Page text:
Mayor Gary McCarthy says Schenectady will build on its successes this year regarding crime, finances and economic development - "you can bet on it."
2015 State of the City address to a packed house at City Hall Monday evening, focusing on the positive development the city experienced last year and how he
is looking to continue that momentum of growth this year.
"This is our 217th year as a city," he
"That is a long time covering some good times and some more challenging periods.
2014 was a very good year, and we should all be excited about the future."
speech with a recap of the economic development projects that have either been completed, are currently under construction or were just announced last year.
A majority of those projects are in downtown, along State Street and Erie Boulevard.
"We revitalized lower State Street with investments by the city, Metroplex and National Grid of over $4 million," said McCarthy
, a Democrat, who took office in 2012.
"In addition, $14 million was spent on the rebuilding of Erie Boulevard.
We have successfully transformed the western entrance to the city."
highlighted development projects including a proposed $20 million investment by Prime Companies and Highbridge Development to transform several properties on State Street and Erie Boulevard into apartments and retail space, and the multi-million dollar renovation of 251 State St., named the NYBizLab
, to house companies under the state's business tax incentive program, START-UP NY, in partnership with Schenectady County Community College
McCarthy said that since he has been mayor, the city has paved an average of 8.5 miles of city streets each year, compared with an average 2.6 miles the previous four years.
announced a plan to call on the City Council
to adopt a paving program that would seek to pave more than 10 miles of streets this year.
also anticipates that repairs to the Oak Street Bridge will begin later this year, after a structural analysis of the bridge is completed in a few months.
Councilman Vince Riggi, the only non-Democrat on the City Council
, questioned where the funding would come from for the paving project and repairs to the bridge.
said McCarthy's speech "didn't surprise me."
"We're still waiting to find out if the bridge has to be replaced or rebuilt," Riggi said after the State of the City.
"That will make a huge difference in terms of the time of repairs.
If it has to be replaced, I don't see it reopened by the end of this decade."
Aside from downtown, McCarthy
said "we continue to make major investments in our neighborhoods" with the demolition of dilapidated homes using a $3 million U.S. Department of Housing and Urban Development loan and attracting more owner-occupants to the city leveraging his Home Ownership Made Easy in Schenectady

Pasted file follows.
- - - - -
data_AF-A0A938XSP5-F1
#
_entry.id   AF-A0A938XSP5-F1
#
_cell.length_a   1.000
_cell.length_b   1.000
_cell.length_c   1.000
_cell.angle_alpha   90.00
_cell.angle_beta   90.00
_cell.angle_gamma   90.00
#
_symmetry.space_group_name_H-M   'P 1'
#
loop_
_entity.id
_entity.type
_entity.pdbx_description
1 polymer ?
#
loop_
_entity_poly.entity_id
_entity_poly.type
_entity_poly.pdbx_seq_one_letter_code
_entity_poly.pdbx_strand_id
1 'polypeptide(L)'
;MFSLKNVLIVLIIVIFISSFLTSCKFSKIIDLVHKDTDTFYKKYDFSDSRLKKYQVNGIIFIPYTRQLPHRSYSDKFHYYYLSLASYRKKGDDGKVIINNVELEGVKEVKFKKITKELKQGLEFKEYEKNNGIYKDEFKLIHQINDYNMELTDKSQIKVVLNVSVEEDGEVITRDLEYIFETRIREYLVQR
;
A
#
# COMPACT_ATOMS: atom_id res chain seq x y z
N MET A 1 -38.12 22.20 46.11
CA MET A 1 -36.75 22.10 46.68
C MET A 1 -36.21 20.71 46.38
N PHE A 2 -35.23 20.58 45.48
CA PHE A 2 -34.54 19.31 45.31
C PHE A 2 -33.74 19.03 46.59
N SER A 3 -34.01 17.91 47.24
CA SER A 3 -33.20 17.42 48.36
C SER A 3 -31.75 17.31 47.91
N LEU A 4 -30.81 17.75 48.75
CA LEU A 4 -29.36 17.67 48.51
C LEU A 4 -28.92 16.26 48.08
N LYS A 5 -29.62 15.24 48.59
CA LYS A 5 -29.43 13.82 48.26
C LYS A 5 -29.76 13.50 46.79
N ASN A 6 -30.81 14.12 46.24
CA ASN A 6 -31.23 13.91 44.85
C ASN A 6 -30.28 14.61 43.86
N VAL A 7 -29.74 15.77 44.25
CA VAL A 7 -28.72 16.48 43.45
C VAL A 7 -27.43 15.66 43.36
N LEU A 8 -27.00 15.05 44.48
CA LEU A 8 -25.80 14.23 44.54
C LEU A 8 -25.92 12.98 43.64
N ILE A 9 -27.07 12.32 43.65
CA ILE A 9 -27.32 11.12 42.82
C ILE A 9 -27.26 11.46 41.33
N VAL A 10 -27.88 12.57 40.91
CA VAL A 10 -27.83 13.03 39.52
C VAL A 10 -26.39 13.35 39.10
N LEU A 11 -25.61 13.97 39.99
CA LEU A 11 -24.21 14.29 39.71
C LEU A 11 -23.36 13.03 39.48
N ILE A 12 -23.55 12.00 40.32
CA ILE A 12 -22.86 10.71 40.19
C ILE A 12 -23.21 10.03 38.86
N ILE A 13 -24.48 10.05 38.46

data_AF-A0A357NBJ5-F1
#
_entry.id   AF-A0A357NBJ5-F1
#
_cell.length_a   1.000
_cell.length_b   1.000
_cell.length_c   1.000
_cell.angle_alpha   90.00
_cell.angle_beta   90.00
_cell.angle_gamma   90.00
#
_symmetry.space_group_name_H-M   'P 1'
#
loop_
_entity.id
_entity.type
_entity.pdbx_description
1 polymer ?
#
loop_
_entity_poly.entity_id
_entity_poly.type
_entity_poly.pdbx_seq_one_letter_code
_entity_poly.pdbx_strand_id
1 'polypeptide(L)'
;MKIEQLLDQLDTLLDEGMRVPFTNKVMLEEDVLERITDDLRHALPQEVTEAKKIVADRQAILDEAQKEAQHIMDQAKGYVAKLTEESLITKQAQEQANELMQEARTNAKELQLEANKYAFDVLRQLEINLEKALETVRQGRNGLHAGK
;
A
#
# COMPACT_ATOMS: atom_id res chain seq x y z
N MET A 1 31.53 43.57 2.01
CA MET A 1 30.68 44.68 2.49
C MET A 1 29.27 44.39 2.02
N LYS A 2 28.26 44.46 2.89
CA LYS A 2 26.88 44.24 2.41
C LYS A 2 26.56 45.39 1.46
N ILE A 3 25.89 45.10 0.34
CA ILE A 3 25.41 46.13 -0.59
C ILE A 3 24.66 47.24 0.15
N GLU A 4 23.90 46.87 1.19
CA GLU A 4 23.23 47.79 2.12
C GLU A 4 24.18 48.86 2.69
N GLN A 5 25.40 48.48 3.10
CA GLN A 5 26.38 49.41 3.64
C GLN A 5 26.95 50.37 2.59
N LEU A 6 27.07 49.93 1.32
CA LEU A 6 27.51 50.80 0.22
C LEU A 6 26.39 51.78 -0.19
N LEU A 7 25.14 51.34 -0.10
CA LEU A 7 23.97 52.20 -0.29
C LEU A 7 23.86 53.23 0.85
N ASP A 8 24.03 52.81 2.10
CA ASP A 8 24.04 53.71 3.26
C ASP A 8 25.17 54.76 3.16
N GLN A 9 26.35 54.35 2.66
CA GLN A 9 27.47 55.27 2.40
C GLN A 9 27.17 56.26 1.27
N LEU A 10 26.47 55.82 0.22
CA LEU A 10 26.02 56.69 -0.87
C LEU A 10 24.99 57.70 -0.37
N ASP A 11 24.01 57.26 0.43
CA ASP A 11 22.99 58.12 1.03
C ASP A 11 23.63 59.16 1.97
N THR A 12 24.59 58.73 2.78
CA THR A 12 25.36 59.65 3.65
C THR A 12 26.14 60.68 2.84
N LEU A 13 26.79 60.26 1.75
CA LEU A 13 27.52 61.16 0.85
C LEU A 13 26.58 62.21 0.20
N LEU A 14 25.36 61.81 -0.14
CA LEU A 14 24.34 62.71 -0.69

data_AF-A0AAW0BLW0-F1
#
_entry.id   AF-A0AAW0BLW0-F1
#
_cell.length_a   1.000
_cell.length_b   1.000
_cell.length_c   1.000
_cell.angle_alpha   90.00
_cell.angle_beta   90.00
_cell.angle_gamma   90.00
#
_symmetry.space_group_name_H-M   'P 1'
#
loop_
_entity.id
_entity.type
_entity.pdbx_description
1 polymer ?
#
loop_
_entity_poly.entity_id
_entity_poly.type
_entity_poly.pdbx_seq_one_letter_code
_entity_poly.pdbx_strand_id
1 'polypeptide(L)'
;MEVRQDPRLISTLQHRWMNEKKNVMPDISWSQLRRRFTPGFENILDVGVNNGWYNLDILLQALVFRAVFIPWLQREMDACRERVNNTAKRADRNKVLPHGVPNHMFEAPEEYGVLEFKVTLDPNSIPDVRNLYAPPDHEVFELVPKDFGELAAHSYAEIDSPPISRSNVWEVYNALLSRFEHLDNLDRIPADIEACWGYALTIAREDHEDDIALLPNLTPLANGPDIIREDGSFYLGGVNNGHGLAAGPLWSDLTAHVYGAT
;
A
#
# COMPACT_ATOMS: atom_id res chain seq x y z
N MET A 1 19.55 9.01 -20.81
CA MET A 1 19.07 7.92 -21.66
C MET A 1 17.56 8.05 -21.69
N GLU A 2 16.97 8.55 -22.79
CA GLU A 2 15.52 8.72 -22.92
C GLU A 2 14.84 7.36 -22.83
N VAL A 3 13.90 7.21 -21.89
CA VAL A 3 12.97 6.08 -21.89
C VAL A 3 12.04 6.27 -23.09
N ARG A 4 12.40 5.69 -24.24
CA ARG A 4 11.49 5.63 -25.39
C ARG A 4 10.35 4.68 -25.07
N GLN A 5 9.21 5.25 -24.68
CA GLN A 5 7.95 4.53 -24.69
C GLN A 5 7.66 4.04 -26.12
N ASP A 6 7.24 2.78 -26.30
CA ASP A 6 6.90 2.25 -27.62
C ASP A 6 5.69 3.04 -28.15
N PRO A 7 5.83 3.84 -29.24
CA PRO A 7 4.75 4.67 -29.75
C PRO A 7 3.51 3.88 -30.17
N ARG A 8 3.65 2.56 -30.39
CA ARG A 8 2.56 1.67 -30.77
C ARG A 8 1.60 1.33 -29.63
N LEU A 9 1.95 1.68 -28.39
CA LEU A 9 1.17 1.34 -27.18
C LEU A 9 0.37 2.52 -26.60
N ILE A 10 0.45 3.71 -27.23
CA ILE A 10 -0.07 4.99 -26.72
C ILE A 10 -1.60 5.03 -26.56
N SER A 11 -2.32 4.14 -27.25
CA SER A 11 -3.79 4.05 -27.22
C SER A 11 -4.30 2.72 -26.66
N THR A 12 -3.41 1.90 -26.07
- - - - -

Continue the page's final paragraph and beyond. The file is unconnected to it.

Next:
said seven homes have been demolished using funds from the HUD loan last year.
Up to 70 more demolitions are slated over the next year, he
That's on top of five demolitions last year through the Capital Region Land Bank
, leveraging a $3 million grant from the state Attorney General's Office.
The Land Bank plans to demolish another 40 buildings and rehabilitate about 25 homes over the next year.
About 42 real estate agents marketed 101 of the city's foreclosed properties, he
Of those properties, the Realtors sold 56 of them, generating $721,000 in revenue for Schenectady last year.
Also in 2014, seven new homes were built and 33 housing units were rehabilitated.
Riggi said he
would like to see the development of the city's neighborhoods "happen faster" and that the demolition of buildings is not the only way to address problems, such as crime, in residential areas.
"The concept of just demolishing buildings and selling houses to people is good, but we have an element in some neighborhoods that no matter what you do there will not be any change," Riggi said.
is expecting the city's third consecutive surplus.
In 2014, the city started with a $14.4 million fund balance in the general fund, an increase of $1.6 million from the previous year, he
"We have the largest, most impressive partnership in the region happening here in Schenectady
It appears McCarthy
also coined a new casino-related phrase for the city, ending his speech with six words - "Schenectady
: You can bet on it."
The City Council Chambers at Schenectady City Hall are packed Monday evening for Mayor Gary McCarthy's State of the City address.
PETER R. BARBER/ GAZETTE PHOTOGRAPHER
PETER R. BARBER/GAZETTE PHOTOGRAPHER Schenectady Mayor Gary McCarthy delivers the State of the City address Monday as City Council President Margaret King and City Clerk Chuck Thorne listen.